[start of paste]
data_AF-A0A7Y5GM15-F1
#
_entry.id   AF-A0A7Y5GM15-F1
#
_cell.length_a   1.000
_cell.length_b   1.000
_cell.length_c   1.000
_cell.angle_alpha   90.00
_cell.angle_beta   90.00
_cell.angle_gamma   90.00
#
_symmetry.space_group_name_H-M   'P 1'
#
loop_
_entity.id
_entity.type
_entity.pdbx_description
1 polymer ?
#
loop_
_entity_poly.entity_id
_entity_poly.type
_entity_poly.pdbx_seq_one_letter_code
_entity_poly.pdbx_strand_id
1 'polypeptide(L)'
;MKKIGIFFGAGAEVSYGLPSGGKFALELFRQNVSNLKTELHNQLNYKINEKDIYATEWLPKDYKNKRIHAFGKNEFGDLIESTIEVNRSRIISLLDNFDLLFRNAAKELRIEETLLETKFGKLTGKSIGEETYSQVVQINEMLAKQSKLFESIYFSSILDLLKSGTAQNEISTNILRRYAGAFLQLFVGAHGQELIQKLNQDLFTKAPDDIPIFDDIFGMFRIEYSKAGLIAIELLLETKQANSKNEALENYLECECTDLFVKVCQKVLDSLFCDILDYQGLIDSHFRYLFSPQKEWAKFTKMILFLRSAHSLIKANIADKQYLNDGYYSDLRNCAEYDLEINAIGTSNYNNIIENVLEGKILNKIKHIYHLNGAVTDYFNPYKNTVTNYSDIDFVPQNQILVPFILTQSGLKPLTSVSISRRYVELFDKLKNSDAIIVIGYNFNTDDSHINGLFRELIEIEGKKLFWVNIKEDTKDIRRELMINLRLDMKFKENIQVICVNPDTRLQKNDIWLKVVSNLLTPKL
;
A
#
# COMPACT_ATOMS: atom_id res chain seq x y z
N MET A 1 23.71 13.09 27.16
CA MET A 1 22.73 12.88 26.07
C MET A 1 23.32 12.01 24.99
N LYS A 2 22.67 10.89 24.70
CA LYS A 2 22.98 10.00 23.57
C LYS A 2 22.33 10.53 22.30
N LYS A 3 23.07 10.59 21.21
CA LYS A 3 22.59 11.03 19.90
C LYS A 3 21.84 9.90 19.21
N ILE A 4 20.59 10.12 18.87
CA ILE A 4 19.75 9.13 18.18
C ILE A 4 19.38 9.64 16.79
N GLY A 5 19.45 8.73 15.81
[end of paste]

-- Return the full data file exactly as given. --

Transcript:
data_AF-A0A7Y5GM15-F1
#
_entry.id   AF-A0A7Y5GM15-F1
#
_cell.length_a   1.000
_cell.length_b   1.000
_cell.length_c   1.000
_cell.angle_alpha   90.00
_cell.angle_beta   90.00
_cell.angle_gamma   90.00
#
_symmetry.space_group_name_H-M   'P 1'
#
loop_
_entity.id
_entity.type
_entity.pdbx_description
1 polymer ?
#
loop_
_entity_poly.entity_id
_entity_poly.type
_entity_poly.pdbx_seq_one_letter_code
_entity_poly.pdbx_strand_id
1 'polypeptide(L)'
;MKKIGIFFGAGAEVSYGLPSGGKFALELFRQNVSNLKTELHNQLNYKINEKDIYATEWLPKDYKNKRIHAFGKNEFGDLIESTIEVNRSRIISLLDNFDLLFRNAAKELRIEETLLETKFGKLTGKSIGEETYSQVVQINEMLAKQSKLFESIYFSSILDLLKSGTAQNEISTNILRRYAGAFLQLFVGAHGQELIQKLNQDLFTKAPDDIPIFDDIFGMFRIEYSKAGLIAIELLLETKQANSKNEALENYLECECTDLFVKVCQKVLDSLFCDILDYQGLIDSHFRYLFSPQKEWAKFTKMILFLRSAHSLIKANIADKQYLNDGYYSDLRNCAEYDLEINAIGTSNYNNIIENVLEGKILNKIKHIYHLNGAVTDYFNPYKNTVTNYSDIDFVPQNQILVPFILTQSGLKPLTSVSISRRYVELFDKLKNSDAIIVIGYNFNTDDSHINGLFRELIEIEGKKLFWVNIKEDTKDIRRELMINLRLDMKFKENIQVICVNPDTRLQKNDIWLKVVSNLLTPKL
;
A
#
# COMPACT_ATOMS: atom_id res chain seq x y z
N MET A 1 23.71 13.09 27.16
CA MET A 1 22.73 12.88 26.07
C MET A 1 23.32 12.01 24.99
N LYS A 2 22.67 10.89 24.70
CA LYS A 2 22.98 10.00 23.57
C LYS A 2 22.33 10.53 22.30
N LYS A 3 23.07 10.59 21.21
CA LYS A 3 22.59 11.03 19.90
C LYS A 3 21.84 9.90 19.21
N ILE A 4 20.59 10.12 18.87
CA ILE A 4 19.75 9.13 18.18
C ILE A 4 19.38 9.64 16.79
N GLY A 5 19.45 8.73 15.81